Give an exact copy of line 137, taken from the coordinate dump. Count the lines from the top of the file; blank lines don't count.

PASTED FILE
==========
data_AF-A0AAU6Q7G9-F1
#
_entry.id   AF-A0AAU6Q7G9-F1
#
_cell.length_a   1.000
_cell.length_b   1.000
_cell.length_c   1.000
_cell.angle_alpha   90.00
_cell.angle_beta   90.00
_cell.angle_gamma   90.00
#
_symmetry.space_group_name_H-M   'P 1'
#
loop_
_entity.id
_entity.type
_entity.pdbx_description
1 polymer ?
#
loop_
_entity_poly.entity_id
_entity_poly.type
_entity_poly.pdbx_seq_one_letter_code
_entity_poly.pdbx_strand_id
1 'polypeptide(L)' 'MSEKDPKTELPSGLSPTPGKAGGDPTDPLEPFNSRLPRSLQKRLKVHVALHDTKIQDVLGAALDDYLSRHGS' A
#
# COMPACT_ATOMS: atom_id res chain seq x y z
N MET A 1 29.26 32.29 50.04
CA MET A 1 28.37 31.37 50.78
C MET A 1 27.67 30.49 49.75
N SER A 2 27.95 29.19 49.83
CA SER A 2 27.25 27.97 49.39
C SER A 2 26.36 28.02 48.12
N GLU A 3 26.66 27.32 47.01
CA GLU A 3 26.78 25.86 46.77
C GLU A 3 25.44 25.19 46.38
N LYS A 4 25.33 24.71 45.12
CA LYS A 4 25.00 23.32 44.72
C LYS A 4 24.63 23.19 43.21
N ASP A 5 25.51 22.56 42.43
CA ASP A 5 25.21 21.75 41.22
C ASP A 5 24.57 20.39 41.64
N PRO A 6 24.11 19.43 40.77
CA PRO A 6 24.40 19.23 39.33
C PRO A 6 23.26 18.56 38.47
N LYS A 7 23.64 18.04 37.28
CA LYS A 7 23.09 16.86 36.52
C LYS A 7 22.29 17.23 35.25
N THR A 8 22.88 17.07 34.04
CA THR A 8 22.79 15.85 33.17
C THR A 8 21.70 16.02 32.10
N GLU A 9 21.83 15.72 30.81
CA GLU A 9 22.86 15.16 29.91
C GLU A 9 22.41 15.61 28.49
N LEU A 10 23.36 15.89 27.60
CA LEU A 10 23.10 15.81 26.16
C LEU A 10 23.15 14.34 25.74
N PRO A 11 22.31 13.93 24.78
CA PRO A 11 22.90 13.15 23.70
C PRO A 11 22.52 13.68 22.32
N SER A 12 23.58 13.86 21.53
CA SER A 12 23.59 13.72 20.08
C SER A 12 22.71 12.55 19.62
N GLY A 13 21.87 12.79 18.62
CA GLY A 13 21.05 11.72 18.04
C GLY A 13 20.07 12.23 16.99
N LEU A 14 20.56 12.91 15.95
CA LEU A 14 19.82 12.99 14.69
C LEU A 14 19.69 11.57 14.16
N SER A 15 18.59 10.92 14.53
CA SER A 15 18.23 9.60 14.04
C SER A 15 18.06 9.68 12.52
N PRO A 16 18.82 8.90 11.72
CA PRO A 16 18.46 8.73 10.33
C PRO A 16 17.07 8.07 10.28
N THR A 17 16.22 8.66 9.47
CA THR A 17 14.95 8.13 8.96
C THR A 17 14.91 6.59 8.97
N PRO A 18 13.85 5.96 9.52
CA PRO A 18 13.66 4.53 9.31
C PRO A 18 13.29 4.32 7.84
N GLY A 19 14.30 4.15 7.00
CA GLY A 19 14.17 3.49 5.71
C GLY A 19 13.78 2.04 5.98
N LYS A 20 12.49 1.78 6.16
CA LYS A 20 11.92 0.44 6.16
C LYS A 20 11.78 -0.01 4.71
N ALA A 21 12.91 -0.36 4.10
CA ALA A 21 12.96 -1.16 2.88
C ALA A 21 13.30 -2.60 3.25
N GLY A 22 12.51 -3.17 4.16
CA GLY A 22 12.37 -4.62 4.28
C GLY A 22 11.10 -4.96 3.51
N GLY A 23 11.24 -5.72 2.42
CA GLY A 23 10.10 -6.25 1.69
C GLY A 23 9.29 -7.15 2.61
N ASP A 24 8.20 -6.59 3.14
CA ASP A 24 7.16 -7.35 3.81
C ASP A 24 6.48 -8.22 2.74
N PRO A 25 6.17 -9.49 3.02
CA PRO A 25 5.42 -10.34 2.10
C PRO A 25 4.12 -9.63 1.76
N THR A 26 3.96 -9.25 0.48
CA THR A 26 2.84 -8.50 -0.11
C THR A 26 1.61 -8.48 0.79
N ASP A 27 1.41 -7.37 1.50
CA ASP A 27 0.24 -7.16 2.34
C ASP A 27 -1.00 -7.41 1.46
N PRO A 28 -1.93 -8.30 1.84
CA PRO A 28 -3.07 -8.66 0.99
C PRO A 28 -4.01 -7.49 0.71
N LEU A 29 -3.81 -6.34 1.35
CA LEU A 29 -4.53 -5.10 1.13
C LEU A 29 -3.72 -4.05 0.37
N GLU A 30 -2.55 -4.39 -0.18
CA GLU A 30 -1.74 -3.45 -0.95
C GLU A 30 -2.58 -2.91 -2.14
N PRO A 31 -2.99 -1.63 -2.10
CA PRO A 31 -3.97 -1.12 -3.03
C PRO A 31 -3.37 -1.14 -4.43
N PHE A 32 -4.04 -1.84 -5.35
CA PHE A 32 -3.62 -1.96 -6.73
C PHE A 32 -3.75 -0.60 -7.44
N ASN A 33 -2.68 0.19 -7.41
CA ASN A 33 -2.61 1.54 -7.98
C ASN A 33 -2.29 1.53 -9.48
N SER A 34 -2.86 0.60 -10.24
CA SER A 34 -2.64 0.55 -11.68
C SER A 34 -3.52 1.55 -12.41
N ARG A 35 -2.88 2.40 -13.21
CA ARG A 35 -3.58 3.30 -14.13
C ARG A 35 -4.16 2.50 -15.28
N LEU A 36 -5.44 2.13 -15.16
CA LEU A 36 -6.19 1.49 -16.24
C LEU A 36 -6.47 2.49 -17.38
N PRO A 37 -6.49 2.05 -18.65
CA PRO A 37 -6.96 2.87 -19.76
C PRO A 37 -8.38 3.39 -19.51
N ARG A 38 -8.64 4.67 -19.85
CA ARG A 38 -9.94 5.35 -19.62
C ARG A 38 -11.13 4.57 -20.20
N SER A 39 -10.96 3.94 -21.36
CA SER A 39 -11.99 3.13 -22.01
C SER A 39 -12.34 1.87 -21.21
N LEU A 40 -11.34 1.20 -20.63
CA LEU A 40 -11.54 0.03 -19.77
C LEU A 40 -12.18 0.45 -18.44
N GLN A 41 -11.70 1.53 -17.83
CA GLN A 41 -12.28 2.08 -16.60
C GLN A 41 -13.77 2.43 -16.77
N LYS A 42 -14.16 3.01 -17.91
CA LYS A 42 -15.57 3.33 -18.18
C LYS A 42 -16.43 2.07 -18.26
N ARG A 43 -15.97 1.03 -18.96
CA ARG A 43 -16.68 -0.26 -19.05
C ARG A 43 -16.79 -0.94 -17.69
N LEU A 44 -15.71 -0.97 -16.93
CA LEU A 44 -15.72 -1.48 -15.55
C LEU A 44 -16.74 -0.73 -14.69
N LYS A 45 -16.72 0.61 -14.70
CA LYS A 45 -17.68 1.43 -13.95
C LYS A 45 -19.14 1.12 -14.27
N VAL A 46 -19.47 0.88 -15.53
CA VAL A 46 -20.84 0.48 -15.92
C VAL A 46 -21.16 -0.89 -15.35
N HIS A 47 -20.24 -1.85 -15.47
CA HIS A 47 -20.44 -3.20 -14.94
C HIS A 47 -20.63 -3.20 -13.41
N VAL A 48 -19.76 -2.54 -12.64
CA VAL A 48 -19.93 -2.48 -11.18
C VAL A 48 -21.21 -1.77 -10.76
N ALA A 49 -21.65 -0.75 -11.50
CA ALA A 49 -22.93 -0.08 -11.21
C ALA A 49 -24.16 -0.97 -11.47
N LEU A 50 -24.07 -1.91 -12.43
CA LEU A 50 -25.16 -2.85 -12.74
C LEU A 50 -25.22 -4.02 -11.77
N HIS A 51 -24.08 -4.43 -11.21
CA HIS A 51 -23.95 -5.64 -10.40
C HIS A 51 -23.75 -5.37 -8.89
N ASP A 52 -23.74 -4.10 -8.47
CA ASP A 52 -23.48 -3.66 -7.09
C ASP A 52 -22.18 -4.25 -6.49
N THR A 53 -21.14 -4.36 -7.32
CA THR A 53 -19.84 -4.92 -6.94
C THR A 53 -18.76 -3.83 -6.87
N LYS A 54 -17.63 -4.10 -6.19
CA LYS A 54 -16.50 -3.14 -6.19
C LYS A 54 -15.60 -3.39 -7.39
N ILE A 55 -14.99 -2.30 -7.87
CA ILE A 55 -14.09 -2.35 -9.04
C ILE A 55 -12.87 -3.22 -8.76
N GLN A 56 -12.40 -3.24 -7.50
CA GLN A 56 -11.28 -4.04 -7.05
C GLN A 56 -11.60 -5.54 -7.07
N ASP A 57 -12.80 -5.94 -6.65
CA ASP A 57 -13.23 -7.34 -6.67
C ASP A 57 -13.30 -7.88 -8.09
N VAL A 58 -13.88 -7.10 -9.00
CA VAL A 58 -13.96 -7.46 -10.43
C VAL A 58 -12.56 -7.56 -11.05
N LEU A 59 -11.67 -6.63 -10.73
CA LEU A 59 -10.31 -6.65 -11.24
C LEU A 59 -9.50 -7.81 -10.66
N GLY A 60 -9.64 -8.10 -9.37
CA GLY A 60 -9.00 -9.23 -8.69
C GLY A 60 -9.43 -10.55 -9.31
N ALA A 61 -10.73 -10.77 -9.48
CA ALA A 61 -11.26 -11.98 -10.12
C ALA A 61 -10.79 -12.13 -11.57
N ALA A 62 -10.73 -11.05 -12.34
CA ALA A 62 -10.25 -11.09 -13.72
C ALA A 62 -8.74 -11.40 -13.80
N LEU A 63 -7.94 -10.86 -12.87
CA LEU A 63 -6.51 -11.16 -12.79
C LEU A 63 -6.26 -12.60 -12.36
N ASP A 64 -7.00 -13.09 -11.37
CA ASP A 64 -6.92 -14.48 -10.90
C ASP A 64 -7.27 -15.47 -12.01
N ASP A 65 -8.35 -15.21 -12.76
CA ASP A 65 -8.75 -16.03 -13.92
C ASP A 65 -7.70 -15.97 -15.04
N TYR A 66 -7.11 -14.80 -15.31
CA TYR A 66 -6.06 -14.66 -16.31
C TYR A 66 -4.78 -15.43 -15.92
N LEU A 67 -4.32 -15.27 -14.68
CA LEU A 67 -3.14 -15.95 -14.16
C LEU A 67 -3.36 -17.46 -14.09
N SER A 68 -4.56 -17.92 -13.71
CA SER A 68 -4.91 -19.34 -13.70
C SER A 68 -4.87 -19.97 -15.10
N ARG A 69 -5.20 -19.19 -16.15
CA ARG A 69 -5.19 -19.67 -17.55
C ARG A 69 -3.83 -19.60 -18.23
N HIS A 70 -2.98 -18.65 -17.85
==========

CA PRO A 37 -6.96 2.87 -19.76